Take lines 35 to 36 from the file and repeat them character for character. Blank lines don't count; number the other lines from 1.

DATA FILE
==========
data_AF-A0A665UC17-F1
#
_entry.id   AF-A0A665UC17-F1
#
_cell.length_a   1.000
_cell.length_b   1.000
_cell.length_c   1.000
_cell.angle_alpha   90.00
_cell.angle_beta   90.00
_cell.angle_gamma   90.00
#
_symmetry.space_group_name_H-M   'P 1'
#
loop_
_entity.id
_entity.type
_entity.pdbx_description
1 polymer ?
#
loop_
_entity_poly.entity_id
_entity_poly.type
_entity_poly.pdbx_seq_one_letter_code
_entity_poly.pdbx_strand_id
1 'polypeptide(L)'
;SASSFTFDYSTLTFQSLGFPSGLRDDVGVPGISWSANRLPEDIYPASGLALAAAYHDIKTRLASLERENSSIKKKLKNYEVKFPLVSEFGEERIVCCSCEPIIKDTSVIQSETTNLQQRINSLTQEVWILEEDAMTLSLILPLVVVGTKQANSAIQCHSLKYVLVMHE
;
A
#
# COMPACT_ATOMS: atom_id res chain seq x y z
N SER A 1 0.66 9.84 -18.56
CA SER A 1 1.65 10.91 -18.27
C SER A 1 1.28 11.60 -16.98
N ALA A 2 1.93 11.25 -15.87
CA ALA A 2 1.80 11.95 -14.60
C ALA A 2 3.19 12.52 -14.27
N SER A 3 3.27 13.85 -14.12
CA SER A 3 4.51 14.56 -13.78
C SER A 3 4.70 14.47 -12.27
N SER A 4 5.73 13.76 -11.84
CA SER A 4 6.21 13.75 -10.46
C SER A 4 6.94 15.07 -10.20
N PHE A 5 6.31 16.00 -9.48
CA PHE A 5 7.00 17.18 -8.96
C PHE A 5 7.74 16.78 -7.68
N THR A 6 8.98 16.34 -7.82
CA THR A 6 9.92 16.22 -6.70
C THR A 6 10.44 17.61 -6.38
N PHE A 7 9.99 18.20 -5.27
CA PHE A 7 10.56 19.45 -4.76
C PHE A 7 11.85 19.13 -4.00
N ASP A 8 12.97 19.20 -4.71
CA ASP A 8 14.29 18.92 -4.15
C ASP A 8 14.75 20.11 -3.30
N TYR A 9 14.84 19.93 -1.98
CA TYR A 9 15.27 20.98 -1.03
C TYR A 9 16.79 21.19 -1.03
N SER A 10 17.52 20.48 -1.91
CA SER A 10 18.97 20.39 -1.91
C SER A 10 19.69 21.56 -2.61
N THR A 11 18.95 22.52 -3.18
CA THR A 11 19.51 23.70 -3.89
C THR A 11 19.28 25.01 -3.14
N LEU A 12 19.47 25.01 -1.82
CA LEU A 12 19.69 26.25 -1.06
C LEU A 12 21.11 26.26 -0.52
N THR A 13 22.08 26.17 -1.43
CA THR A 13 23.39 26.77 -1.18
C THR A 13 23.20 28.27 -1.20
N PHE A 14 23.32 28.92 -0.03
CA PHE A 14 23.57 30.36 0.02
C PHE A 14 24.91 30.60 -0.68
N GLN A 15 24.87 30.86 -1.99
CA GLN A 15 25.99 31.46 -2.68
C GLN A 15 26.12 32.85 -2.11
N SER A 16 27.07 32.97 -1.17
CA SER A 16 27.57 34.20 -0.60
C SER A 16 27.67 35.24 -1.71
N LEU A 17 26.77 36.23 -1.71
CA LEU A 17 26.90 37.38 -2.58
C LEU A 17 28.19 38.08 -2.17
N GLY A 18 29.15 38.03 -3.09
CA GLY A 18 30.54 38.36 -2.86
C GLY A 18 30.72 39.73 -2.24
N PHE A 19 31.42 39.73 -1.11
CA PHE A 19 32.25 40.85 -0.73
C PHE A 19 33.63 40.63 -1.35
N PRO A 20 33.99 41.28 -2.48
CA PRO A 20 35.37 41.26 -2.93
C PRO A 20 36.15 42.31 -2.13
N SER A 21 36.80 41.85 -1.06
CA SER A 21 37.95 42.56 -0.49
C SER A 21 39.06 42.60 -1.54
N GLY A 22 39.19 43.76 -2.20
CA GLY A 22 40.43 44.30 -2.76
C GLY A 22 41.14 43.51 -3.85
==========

CA ALA A 2 1.80 11.95 -14.60
C ALA A 2 3.19 12.52 -14.27